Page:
BIOMECHANICS OF THE FROZEN SHOULDER
What is biomechanics?
Biomechanics is an interdisciplinary science that studies the application of mechanical principles to a living organism using knowledge of anatomy, physiology, physics, and pathophysiology. Kinematics studies the movement of bones and joints, and kinetics studies the forces that cause or stop the movement.
The human body is affected by numerous internal and external forces. Internal forces are a product of the structure of the body itself and can be active (muscle force) and passive (tension of connective tissue). External forces are the product of the interaction of the body and forces outside the body, such as gravitational force and the reaction force of the substrate.
Good biomechanics of movement is one of the important tools, and understanding it gives us a better insight into the process of pain emergence and rehabilitation.
Biomechanics of the shoulder joint
The shoulder joint is a very mobile joint with less stability at the same time. Injury to just one joint, tendon or muscle can impair overall shoulder function. Muscles do not work in isolation but in synergy. It is the synergy of joints with muscles that ensures a wide range of movement and stability.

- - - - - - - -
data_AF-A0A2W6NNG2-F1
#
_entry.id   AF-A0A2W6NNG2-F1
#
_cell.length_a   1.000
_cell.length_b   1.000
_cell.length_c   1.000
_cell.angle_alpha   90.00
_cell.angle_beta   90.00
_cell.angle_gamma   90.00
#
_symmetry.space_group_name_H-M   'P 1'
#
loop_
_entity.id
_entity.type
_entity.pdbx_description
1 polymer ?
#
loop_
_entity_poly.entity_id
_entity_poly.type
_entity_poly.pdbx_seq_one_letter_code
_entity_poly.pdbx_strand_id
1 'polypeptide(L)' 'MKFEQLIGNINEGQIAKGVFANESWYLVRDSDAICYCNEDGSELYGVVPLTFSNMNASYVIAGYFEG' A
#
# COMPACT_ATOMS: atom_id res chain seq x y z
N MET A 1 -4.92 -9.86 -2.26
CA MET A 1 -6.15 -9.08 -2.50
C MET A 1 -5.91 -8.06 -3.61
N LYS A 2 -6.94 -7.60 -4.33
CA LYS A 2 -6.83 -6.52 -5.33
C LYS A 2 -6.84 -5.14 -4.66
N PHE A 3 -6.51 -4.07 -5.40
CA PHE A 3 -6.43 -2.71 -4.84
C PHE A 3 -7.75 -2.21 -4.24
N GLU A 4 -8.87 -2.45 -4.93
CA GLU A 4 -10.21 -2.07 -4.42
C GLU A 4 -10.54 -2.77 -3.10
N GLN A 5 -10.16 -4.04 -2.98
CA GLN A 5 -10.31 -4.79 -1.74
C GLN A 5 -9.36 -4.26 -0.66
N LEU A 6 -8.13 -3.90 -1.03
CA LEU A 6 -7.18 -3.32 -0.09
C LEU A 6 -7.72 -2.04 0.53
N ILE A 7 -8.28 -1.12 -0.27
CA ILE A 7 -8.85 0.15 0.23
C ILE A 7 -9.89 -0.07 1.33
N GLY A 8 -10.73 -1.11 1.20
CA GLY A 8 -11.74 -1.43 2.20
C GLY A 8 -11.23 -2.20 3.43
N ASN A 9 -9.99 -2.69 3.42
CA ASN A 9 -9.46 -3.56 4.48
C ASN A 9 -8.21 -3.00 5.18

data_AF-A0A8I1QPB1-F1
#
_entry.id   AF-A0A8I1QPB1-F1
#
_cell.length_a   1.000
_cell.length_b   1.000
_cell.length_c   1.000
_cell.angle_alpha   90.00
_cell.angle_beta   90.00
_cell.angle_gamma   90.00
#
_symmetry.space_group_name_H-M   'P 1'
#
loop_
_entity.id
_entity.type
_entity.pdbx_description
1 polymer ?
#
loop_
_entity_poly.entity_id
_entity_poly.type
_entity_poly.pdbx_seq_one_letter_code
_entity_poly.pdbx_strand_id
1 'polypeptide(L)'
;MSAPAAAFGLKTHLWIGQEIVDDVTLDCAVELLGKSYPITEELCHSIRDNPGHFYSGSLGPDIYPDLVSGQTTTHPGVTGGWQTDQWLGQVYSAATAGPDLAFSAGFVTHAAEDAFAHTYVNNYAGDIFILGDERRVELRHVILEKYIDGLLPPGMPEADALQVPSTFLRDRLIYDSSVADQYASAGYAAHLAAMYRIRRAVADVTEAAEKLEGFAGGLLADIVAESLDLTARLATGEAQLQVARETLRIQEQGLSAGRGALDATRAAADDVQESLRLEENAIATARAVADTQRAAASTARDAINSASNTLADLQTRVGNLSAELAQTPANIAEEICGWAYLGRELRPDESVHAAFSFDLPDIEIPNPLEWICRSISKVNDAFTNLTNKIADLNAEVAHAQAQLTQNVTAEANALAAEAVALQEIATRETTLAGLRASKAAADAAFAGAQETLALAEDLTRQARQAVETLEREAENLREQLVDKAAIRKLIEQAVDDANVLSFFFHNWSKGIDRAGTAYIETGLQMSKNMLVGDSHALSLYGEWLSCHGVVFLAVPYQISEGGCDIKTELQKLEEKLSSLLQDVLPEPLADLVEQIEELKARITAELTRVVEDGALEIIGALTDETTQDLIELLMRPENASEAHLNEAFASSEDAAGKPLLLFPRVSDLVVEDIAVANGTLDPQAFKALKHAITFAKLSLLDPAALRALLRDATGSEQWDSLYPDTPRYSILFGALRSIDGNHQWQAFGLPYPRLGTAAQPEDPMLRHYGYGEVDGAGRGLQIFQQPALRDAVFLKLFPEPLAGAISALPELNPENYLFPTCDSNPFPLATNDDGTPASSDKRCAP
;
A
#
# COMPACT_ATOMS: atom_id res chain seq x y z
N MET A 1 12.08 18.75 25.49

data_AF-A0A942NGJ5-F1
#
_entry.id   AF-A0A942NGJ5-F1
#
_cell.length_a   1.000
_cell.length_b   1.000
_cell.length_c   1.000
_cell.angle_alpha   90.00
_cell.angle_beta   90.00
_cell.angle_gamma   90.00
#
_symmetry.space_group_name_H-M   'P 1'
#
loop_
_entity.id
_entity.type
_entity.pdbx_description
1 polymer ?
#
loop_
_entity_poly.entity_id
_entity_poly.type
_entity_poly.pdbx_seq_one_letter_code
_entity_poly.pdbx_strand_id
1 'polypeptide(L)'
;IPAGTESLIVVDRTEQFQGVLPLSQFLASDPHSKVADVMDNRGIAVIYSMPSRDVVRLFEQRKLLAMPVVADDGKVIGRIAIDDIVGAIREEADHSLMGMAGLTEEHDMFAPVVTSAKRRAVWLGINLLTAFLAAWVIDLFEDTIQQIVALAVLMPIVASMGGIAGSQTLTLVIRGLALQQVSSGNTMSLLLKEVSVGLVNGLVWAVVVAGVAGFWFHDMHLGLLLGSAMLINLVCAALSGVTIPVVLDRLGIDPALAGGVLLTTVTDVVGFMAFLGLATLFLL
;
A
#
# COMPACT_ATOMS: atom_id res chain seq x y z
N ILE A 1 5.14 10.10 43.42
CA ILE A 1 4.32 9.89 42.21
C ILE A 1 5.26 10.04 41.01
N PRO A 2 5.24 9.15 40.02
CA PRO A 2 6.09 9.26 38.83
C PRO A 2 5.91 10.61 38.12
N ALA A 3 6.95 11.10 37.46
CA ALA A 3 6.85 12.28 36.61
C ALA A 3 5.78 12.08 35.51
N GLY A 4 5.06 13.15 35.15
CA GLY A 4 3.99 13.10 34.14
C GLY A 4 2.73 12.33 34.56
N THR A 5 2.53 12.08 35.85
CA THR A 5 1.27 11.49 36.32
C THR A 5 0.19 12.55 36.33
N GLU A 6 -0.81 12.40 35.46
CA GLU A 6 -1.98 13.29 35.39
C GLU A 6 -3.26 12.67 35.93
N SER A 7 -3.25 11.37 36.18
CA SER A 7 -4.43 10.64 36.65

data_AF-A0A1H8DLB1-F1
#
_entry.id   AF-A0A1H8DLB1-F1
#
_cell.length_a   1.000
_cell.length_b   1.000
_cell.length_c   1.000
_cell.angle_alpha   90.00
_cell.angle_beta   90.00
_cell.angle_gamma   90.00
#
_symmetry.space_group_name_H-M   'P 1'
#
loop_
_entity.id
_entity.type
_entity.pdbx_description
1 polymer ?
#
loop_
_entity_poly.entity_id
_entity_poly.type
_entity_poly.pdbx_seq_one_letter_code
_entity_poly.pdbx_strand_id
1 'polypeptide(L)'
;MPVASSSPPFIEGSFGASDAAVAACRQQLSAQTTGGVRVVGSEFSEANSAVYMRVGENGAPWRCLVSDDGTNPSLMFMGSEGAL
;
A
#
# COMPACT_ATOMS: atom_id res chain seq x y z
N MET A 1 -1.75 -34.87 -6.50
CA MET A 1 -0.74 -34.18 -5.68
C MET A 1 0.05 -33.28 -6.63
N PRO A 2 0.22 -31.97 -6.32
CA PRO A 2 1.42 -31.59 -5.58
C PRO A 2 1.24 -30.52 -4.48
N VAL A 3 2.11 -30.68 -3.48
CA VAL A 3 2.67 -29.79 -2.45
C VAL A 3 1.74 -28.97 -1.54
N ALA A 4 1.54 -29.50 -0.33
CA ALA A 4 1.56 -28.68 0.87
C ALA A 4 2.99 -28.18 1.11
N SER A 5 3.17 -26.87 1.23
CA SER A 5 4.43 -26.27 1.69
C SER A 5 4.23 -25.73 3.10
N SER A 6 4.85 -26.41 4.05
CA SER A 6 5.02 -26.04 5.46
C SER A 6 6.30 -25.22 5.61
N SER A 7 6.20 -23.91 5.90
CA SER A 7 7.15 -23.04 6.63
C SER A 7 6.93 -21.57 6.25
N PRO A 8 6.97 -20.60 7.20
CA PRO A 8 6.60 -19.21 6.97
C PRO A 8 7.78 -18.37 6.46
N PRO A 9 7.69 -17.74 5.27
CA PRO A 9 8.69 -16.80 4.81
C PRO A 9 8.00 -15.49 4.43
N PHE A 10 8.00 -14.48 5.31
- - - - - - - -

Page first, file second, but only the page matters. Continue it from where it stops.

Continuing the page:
4 joints are responsible for shoulder movements:
- sternoclavicular (SC) joint
- acromioclavicular (AC) joint
- glenohumeral (GH) joint
- scapulothoracic joint
- downward rotation of the scapula
- upward rotation of the scapula
- external rotation of the scapula
Biomechanics of the frozen shoulder
The glenohumeral (GH) joint is located distally and is the most mobile part of the shoulder. At the same time, it is more susceptible to instability, especially due to a large number of repetitive movements with inadequate muscle control.
It is the GH joint that is often affected by pathologies of a degenerative nature, for example, adhesive capsulitis, known as "frozen shoulder". The characteristics are stiffness, reduced passive and active mobility, and pain in the shoulder.
If the cause is trauma (secondary form) then in particular we need to ensure the variability of movement. When we align this with the movements of the chest and good positioning of the body then we are talking about good biomechanics of movement.
Load progression is also an important component of rehabilitation and it is often very neglected.
In order to reduce the risk of Frozen Shoulder syndrome, it is necessary to ensure good biomechanics of the shoulder, good chest movements, and good positioning of the body.
See what is exactly Frozen Shoulder Syndrome , how it is diagnosed and treated.
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